Released back in summer, the G502 mobile phone can be considered one of the few pleasant surprises coming from Sony Ericsson this year. There's no point in denying that Xperia X1 has been the most expected Sony Ericsson device in 2008, but G502 has its advantages and targets a different market than X1. In fact, Sony Ericsson G502 is among few other mid-tier mobile phones to feature HSDPA technology. It seems that its K660 predecessor had some success on the market, which made the Swedish-Japanese joint company launch another version, even cheaper – G502. The main attractions of the device are definitely the new integrated web browser and HSDPA connectivity capabilities.
Announced in April 2008, Sony Ericsson G502 was made available on the market in June 2008. To increase its appeal, SE launched the phone in three color versions: Champagne Black, Brilliant Hazel and Celerity Red. The phone can be acquired for about USD 180$, but the price may vary depending on location and plan. Design
Sony Ericsson G502 features a stylish candy-bar form factor, but lacks any improvement from the previous Sony Ericsson bar handsets. It's like you've seen one, you've seen them all. Without being ugly, G502 doesn't impress in terms of design, but that is not what it's meant for. G502 is a small (103 x 46 x 13.5 mm) and light (83g, including battery) mobile phone made from polished plastic, which eliminates the feeling of owning something cheap.
Even if it doesn't stand out from the crowd, I'm still impressed by the fact that SE was very careful to avoid the standard look of its devices. Moreover, users won't have any problem with the phone catching fingerprints, as the material used keeps it clean. Instead, the screen could become soiled after each phone talk, in case you're putting it to your ear, and that will be visible more than it should. Another drawback that I have noticed is the fact that its paint peels off after heavy use, especially the silver paint on the back of the phone, near the camera. The joystick paint might also peel off if you're not careful with it. Well, that's about all the negative aspects I have noticed, so let's start checking the rest of the device.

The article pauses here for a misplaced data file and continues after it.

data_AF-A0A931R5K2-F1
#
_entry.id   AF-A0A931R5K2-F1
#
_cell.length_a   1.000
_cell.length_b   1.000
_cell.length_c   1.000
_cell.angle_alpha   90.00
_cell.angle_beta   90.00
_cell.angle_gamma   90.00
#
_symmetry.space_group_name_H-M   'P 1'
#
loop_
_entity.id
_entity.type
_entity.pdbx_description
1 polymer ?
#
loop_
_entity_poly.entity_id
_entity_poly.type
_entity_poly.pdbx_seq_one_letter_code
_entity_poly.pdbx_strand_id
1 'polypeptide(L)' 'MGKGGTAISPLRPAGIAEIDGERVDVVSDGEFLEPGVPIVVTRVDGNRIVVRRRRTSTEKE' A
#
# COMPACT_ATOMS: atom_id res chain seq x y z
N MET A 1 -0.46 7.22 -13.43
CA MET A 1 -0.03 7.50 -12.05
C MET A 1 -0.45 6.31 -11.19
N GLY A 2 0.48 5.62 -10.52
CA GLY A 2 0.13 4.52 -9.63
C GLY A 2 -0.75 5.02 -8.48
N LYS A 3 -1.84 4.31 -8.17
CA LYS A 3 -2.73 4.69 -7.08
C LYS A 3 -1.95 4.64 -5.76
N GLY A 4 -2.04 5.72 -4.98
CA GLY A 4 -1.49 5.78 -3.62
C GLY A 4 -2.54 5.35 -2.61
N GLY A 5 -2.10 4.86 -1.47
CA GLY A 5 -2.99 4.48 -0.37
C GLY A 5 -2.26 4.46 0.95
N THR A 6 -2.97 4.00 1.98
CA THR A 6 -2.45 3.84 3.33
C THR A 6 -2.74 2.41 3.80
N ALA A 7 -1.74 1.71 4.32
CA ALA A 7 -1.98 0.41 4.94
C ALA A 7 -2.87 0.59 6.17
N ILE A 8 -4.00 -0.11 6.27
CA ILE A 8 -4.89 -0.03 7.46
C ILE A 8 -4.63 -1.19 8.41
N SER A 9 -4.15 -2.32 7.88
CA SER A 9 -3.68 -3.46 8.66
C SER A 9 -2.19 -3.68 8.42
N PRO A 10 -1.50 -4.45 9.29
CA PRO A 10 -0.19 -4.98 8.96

The G502 bar handset features the proprietary Sony Ericsson port used for USB synchronization, charging or headset. It has been placed on the bottom side of the phone, together with a small eyelet. On the right side of the device, one can see the dual volume key and a dedicated camera key (thumbs up). There is nothing on top or on the left side, except for a small icon on the left side that indicates the fact that the phone features a micro M2 slot card under the back cover. It can be easily pulled out, which makes the process of replacing the memory card pretty easy. The 2 Megapixel camera on the back has been placed on a large silvery prominence, but lacks protective lenses, so it might be susceptible to damage. The loudspeaker has been hidden under the silvery proeminence that embeds the camera.